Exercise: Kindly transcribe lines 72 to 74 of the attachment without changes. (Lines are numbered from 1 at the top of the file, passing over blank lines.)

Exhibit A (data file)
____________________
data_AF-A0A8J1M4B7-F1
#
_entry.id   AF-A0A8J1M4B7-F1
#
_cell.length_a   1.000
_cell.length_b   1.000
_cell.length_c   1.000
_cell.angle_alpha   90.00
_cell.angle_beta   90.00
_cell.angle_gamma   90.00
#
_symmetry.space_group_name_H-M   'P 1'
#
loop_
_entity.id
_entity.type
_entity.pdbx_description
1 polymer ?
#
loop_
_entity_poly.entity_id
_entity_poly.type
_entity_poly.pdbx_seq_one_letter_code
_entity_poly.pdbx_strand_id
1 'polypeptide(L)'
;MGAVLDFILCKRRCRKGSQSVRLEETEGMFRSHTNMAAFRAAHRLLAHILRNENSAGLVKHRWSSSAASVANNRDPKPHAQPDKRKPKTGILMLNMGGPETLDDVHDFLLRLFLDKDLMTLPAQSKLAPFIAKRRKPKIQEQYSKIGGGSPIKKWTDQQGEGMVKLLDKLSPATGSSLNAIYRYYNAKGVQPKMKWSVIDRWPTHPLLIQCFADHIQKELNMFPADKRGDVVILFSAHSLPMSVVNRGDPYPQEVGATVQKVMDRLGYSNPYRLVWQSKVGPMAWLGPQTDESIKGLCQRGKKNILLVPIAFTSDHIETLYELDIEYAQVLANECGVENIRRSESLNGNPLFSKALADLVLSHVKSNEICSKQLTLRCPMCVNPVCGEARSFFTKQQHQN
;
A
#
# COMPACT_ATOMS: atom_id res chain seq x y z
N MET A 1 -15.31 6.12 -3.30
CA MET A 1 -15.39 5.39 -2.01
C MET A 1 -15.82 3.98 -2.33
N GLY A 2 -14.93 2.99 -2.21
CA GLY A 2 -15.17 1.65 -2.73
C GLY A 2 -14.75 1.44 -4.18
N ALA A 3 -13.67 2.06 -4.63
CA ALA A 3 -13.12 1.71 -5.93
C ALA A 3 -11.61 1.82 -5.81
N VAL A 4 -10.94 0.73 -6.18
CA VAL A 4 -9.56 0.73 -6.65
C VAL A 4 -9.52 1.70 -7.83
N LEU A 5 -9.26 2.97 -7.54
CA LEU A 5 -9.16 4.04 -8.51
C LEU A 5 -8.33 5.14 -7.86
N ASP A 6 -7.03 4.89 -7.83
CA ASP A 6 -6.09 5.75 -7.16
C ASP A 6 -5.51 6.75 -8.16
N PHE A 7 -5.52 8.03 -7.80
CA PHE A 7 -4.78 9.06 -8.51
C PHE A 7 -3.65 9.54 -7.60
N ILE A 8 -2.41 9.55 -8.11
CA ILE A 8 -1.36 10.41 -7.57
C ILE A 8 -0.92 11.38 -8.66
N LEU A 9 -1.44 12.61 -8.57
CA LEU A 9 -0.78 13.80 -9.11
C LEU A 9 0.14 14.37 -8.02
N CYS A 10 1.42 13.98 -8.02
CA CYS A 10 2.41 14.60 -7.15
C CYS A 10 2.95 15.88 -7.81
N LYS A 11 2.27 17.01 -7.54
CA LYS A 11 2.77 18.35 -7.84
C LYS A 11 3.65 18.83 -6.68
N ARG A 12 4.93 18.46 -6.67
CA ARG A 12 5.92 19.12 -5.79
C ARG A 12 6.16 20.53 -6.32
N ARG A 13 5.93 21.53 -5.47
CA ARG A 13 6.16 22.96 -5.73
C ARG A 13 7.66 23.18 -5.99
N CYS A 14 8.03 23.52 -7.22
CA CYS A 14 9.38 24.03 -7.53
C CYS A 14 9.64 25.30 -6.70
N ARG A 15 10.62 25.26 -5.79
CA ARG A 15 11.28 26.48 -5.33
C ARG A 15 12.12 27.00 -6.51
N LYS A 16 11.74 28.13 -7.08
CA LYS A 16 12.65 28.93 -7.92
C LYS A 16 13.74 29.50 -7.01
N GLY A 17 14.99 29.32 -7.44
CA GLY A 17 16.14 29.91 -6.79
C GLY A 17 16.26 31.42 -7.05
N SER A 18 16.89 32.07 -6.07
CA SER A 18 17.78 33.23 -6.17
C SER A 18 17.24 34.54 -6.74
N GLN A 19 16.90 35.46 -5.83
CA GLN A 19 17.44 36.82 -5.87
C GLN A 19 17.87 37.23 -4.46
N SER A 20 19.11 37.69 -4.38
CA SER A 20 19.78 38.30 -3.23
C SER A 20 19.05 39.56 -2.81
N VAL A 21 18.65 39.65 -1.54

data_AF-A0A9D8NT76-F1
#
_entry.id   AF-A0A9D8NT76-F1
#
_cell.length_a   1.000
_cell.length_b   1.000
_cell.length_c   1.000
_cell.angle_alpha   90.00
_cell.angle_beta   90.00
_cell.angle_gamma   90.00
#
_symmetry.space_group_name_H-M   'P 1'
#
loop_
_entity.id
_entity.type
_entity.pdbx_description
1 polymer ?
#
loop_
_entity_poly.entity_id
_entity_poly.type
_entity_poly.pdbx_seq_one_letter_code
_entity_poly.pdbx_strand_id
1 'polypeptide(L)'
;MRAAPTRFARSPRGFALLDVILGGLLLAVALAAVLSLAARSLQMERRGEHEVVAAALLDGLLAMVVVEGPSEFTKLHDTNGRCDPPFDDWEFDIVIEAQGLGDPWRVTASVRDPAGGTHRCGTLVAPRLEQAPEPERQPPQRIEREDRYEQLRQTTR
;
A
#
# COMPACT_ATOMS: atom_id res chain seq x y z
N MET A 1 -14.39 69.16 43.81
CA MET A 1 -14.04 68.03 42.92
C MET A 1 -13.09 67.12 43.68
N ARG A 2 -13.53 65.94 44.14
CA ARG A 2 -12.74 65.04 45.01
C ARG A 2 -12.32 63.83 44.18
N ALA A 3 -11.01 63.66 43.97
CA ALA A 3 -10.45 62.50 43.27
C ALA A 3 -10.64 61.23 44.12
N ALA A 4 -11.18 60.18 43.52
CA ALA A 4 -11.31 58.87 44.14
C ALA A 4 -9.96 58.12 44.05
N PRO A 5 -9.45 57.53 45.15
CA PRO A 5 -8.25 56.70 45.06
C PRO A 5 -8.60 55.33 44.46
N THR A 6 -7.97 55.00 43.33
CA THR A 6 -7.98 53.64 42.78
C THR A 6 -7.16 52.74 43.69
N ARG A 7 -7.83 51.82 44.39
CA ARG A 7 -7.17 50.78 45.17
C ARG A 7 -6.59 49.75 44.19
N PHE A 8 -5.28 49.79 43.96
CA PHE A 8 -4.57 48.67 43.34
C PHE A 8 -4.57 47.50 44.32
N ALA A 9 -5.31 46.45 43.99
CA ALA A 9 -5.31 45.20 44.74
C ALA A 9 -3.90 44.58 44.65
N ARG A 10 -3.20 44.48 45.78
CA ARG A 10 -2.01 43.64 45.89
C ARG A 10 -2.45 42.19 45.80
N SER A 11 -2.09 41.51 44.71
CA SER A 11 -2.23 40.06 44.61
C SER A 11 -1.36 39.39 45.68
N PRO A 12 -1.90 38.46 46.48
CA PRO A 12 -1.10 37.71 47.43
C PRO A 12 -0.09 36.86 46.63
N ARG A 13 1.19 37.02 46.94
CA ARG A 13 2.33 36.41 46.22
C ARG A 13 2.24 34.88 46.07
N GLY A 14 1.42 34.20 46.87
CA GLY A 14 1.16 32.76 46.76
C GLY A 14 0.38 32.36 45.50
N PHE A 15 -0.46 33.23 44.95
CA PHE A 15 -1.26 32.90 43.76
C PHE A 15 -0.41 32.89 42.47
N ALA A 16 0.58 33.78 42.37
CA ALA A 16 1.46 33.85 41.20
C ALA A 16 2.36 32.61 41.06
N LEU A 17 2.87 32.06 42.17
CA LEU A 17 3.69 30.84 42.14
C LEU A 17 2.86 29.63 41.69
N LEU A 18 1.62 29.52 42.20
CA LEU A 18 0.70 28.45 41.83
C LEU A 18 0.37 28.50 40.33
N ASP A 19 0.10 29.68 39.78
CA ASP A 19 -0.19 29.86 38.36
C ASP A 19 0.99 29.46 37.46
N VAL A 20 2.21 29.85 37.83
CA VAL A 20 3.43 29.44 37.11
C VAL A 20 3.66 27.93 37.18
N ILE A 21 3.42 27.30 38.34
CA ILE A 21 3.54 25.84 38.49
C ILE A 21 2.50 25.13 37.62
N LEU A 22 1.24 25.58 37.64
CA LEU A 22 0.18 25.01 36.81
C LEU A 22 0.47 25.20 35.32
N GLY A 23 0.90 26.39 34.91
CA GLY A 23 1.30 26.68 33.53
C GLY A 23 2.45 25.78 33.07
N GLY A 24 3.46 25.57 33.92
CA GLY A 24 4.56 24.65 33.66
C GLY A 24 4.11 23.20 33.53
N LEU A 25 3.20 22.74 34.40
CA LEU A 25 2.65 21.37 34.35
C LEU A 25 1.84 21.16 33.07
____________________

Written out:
C CYS A 14 9.64 25.30 -6.70
N ARG A 15 10.62 25.26 -5.79
CA ARG A 15 11.28 26.48 -5.33